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Invitation to Chinese Cooking
by: Martin Yan
San Francisco CA:
Bay Books 1999, $24.95, Paperback
Reviewed by: Jacqueline M. Newman
Fall Volume: 2000 Issue: 7(3) page(s): 20
'The ultimate introduction to the world’s most popular cuisine' it says on the rear cover. That same location says 'experience the delicious possibilities of Chinese cuisine.' The first comment sells it short, the second gets closer to reality in this latest book by a Certified Master Chef. No stranger to us, Martin Yan gets better and better, book by book, recipe by recipe. Keep them coming, Martin. We appreciate them and do want more, more, more!
Yes, 'Yan Can Cook' as his twice given James Beard award for his television cooking shows attest. You can, too, trying every one of the more than one hundred and thirty-five recipes in this, his latest volume. More than that, you can master fundamentals and fancier techniques not known; and you can experience fun and flavor while so doing. Yan calls this volume a practical guide; I call it an opportunity to make fine Chinese food under the tutelage of an engaging teacher.
With dishes such as Dry Braised Shrimp, Uncle Yan's Secret Meat Sauce (made with any noodle you prefer), Cantonese Style Mussels, Five Flavor Honey Wings, and Corn and Crab Soup, you have a set of tastes and temptations to inspire the laziest of eaters. Martin knows food science, has a master's Degree from University of California-Davis, and knows how to sell savory cooking. His loyal following knows better than most, that with humor and gamesmanship, he teaches more people to enjoy the cuisine consumed by more people world-wide, than anyone else.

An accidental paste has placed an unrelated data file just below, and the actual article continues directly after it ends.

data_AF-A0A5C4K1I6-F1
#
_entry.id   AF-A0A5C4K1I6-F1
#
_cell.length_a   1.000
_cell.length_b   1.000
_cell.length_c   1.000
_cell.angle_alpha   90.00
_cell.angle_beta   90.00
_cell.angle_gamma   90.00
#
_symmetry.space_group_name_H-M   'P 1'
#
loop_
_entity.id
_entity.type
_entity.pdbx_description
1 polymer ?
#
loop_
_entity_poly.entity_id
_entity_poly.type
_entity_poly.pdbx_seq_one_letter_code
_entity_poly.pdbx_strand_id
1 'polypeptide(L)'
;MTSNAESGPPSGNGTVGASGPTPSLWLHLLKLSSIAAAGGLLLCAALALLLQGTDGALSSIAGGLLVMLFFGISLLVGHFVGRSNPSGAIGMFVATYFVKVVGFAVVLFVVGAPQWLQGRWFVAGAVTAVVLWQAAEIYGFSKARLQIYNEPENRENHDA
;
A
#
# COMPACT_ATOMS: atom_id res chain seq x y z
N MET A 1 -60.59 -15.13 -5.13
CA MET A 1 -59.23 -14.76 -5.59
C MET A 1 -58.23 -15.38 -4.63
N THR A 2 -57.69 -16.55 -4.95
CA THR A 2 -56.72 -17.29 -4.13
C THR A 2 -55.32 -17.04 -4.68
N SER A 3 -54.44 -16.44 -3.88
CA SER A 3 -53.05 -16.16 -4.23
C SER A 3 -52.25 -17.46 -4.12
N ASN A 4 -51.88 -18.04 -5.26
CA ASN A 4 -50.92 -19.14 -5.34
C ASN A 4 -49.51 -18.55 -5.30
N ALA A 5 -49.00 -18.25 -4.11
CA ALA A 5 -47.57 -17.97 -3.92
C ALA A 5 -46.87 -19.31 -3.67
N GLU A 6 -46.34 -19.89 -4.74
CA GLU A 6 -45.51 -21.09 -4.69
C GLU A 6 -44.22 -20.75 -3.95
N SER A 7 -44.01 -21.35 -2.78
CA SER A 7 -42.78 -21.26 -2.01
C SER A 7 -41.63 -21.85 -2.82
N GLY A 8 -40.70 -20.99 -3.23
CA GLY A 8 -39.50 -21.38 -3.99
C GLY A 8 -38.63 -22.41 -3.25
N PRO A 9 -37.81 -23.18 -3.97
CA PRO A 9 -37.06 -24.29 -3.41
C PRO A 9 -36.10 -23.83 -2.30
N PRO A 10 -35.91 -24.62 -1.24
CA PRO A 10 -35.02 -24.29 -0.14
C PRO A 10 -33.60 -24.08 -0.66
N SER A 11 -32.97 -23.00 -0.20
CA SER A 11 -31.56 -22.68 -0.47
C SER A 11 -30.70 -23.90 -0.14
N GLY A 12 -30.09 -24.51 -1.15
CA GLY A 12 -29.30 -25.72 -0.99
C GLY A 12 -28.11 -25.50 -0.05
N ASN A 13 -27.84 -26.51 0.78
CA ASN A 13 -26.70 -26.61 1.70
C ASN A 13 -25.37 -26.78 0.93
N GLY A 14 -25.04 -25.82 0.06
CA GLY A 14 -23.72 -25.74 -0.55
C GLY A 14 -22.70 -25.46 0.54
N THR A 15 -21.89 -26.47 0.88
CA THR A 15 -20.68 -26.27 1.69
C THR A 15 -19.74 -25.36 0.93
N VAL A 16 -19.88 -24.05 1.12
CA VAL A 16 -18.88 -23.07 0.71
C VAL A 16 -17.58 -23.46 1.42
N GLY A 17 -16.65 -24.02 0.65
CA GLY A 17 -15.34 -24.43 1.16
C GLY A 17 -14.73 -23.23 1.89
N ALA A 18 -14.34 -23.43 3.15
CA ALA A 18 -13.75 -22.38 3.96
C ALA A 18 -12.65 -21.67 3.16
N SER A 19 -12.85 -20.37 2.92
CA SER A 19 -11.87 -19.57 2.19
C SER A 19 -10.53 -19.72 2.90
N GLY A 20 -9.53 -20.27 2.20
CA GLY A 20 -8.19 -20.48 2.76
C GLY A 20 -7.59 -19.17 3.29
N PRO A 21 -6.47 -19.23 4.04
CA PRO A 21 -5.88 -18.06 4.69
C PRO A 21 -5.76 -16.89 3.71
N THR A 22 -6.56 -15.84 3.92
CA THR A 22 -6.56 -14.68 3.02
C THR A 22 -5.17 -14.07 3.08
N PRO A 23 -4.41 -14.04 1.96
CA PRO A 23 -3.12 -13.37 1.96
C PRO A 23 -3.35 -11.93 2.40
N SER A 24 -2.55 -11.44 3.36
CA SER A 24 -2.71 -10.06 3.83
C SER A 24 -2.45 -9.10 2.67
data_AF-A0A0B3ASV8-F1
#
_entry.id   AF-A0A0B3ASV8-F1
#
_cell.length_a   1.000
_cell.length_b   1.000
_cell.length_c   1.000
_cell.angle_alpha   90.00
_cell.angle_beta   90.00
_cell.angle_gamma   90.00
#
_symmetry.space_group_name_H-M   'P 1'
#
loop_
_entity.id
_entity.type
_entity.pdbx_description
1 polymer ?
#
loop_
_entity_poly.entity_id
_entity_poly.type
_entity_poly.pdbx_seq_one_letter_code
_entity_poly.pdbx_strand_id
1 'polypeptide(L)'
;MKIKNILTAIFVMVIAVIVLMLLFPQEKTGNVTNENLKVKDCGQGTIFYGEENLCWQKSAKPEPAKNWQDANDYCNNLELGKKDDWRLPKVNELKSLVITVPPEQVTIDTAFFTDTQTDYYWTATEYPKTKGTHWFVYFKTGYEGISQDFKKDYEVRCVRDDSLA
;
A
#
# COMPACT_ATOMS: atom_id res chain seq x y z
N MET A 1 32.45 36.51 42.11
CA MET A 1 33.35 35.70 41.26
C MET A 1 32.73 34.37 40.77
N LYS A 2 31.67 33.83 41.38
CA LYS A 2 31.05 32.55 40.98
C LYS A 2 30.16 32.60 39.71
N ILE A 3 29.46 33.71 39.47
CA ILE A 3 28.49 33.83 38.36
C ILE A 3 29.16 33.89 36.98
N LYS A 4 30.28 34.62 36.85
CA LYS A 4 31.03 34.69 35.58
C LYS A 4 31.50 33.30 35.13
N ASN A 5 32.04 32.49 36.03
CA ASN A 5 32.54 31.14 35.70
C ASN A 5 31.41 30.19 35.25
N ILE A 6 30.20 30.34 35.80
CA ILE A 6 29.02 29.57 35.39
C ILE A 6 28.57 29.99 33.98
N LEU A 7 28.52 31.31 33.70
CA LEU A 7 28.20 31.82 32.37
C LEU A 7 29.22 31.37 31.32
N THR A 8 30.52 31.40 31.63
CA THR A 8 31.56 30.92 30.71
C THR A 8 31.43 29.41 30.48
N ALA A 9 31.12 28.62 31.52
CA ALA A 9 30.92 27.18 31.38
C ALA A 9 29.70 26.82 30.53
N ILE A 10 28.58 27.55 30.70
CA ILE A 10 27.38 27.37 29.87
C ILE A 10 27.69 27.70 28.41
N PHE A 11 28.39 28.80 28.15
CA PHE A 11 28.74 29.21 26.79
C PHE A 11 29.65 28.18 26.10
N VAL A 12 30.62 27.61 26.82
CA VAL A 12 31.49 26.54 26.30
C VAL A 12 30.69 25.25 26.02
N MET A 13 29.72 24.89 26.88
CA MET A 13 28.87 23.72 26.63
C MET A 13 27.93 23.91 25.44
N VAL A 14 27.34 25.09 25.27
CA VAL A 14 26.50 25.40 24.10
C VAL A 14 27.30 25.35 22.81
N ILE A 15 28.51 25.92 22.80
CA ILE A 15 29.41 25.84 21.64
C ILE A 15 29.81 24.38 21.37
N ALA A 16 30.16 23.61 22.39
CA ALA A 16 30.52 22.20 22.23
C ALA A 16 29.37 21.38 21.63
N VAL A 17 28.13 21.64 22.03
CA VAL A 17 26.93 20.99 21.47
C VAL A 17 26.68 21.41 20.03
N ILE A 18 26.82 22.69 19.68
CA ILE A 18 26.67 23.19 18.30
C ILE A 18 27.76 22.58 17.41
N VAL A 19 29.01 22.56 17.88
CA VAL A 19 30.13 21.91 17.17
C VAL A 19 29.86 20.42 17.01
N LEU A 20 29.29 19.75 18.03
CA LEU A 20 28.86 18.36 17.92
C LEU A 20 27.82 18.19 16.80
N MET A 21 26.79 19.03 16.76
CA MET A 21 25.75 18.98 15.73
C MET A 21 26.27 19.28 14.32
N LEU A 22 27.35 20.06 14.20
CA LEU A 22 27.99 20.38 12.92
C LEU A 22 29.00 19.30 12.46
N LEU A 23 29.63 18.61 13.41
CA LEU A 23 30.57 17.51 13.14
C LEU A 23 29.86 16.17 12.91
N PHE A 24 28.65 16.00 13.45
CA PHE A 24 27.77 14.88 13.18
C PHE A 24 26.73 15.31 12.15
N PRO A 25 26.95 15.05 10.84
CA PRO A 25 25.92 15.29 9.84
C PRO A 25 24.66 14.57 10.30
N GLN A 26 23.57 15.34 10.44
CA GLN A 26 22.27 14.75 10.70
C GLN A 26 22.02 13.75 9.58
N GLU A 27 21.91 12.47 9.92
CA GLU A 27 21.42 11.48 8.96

He will win your heart and have those at your table smiling when your warm, as he does, to his Rice Sticks with Roast Duck and Baby Bok Choy. His Spicy Ginger Beef with both fresh and pickled ginger can not be beat. The simple dish offers complex tastes and takes less than five minutes to wok-toss. Ask any Chinese restauranteur, almost all will say that Beef and Broccoli is the dish most often served at their place. Make Yan's version and your family will reorder at your place. Perhaps you should serve it with his Snow Peas with Wine Flavored Shrimp and some of Yan's Pickled Vegetables. Those three dishes and rice and there is food fit for an Emperor!
So many of the recipes are sure winners. The book will be, too, even for anyone who hates to cook. The color photographs jump out and say 'try me.' So take up Yan's invitation and be dispelled of any mysteries about the Chinese culinary. Try, taste, and be treated to the foods of a praised cuisine by a praised teacher.
|Spicy Ginger Beef|
1 Tablespoon dark soy sauce
2 teaspoons cornstarch
1 and 1/2 teaspoons corn oil
1/2 pound flank steak, slice thinly on the diagonal
1 and 1/2 Tablespoons corn oil
1/4 cup fresh ginger, cut into thin strips
1/2 each red and green peppers, seeded and sliced thin
1/4 cup sweet pickled ginger, cut into thin strips
1 Tablespoon thin soy sauce
2 teaspoons sesame oil
1. Mix dark soy sauce, cornstarch, the first corn oil amount, and the beef, and allow to marinate for half an hour.
2. Heat wok, add one tablespoon of the rest of the corn oil and stir-fry the beef until pink, about a minute; then remove it from the wok.
3. Add the remaining oil to the wok, add both gingers and both peppers and stir-fry for one minute. Then return the beef to the pan and stir-fry another minute, then serve.